David Bagdon
    Thanks for the offer, however I have never taken any money for our search for the Poverty Island Treasure search and after 50 years of being involved I don’t think it’s in the future. If you have finances why not do your own search. Maybe because of Poverty’s inherit dangerous location this may not be for you. There are treasure stories around us
    find one that is plausible for you and do the research. That in itself is rewarding. I can’t believe how much I have learned about the US Civil War and all its components. Good luck and if you find a treasure invite me to the party.



    Jean Anne Arden, Me too.



    Rum Runner, You are correct about many people looking for the Treasure of Poverty Island. It is difficult to tell how many people actually dived near Poverty Island over the years. Or how many times they dived on each trip there. I for one started before we had any formal search devices, side scan, GPS that sort of equipment. Loran had just came out and was available to the public. When we started it was dead-reckoning each time we went out. Often, we likely went over the same spot or at least part of the same spot. Even with modern search equipment it took wreck hunters many years to find the Captain Lawrence and she was a schooner length ship. Now imagine a few boxes 2X2X3 feet or there about in 60 to 80 feet of water in a square mile area. That’s the challenge.



    Thanks for the good wishes. Without dreams life would be pretty boring. Many people dream about winning the lottery or being a great sports figure. As long as you don’t take advantage of someone either by money or reputation I don’t see how it can hurt. We just had a basketball celebrity here in Milwaukee return to his childhood part of the inner city and consul youngsters in following their dreams. He had dreams of becoming a basketball star on the very street he just visited. Dreamers are also doers, that’s also how inventions are born.



    I think you sent me an e-mail about your Poverty Island screenplay. The discipline it takes to write a screenplay is daunting at best. I wrote a screenplay about a scuba accident and it was the thing sleepless nights are made of. I wish you good luck in your endeavor.



    I doubt the Poverty Treasure has been found. One could hardly walk into a bank with hundreds of pounds of gold and cash it in. Even people with the means to dispose of some of the gold would find it hard the move any large amount. They must have a source where it could be integrated into a normal flow of gold supplies. Better to make it known and use the courts to reap a reward. Some is better than none, and you sleep well at night.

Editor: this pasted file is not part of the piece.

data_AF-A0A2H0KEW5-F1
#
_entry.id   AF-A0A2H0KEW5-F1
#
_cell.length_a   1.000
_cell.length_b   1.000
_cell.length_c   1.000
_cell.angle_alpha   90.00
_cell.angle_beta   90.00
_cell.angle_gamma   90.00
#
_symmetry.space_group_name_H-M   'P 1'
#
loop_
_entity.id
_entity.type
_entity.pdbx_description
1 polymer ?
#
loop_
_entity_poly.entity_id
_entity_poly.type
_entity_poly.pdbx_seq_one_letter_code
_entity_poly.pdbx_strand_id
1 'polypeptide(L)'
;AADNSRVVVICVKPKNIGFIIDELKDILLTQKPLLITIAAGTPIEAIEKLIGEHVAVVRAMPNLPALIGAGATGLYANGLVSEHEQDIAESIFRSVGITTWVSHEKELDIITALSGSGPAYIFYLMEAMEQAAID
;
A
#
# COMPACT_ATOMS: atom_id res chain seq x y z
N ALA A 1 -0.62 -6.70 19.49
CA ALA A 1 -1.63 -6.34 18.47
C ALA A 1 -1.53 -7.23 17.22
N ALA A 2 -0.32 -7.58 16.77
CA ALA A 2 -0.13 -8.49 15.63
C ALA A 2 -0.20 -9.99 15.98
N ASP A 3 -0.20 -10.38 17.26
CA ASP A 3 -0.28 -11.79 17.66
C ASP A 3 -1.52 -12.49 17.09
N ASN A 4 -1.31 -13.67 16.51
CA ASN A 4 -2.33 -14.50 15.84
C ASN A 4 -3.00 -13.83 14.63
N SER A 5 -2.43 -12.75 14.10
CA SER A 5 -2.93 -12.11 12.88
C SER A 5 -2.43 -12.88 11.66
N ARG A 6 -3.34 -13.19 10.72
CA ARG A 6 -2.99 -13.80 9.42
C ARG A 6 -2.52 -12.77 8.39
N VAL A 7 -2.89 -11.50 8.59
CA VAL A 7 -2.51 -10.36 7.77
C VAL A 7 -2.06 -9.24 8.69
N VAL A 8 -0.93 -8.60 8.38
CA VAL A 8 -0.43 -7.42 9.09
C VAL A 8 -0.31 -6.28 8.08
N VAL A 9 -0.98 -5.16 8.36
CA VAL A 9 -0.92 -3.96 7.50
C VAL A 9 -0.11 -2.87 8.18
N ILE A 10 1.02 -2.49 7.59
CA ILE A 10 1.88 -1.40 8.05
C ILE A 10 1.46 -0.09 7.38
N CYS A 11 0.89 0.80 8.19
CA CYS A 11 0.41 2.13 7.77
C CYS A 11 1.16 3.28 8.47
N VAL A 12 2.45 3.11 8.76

You are correct, people did believe the earth was flat. However, there were those that didn’t believe it, and got off their behinds and proved it was curved. I often wonder if they thought it was round. Where would we be if we didn’t challenge the legends and the unknown?


  10. Regina Felangi

    The best part-
    “Any story that survives 100 years has to have some validity to it. If they survive 100 years, they probably have an 80, 85% chance of being true.”
    People believed the earth was flat for longer than that.
    And don’t even get me started on the whole God thing, singular or plural.
    People are dumb.
    Poor guy.


  11. Anonymous

    Richard, are you still looking for the treasure? I almost came over to your house, to get your papers on the treasure. I grew up two blocks away from you, I think I may have been your paperboy in the late sixties. Or my brother Jim. If 85 th st went though, we wouldn’t t have had a back yard. You know the house big and very old on Lisbon Do you really think it s there? What about that guy from escanba, that looked for it, and then retired in Florida. That sounds a little like maybe he found it and just sort of slipped away. What say you, Mate.


  12. Anonymous

    All, I am currently finishing a screenplay on the Poverty Island Gold. I have read the above comments and hope to provide you a feature movie someday.


  13. Anonymous

    Dear Richard, I’ve also have read, years ago, in newspapers about the five sunken treasure chests linked together in bottom of Lake Michigan. I believe it is true. I really hope you find them. Then you and I can conclude that persevering faith in hoping dreams to come true exists, to the non-believers. Wish I could be there when you pull them out of the water!
    Never give up…and God go with you!


  14. Dennis White

    The leader of our scuba diving club dove many times looking for the gold with no luck. The original story from the 1980’s tells of a bartender from Washington Island that dove many times also looking for the five chests. Rumors were that the bartender found the gold. As he was pulling the chests up, one of the chests opened and the gold spilled to the bottom but he got four chests.When the person who wrote the story in the eighties tried to find the bartender on Washington Island to confirm the story he was long gone. The story ends with the bartender living in Hawaii and owning his own construction company.


  15. Rum Runner

    Hello Mr. Bennett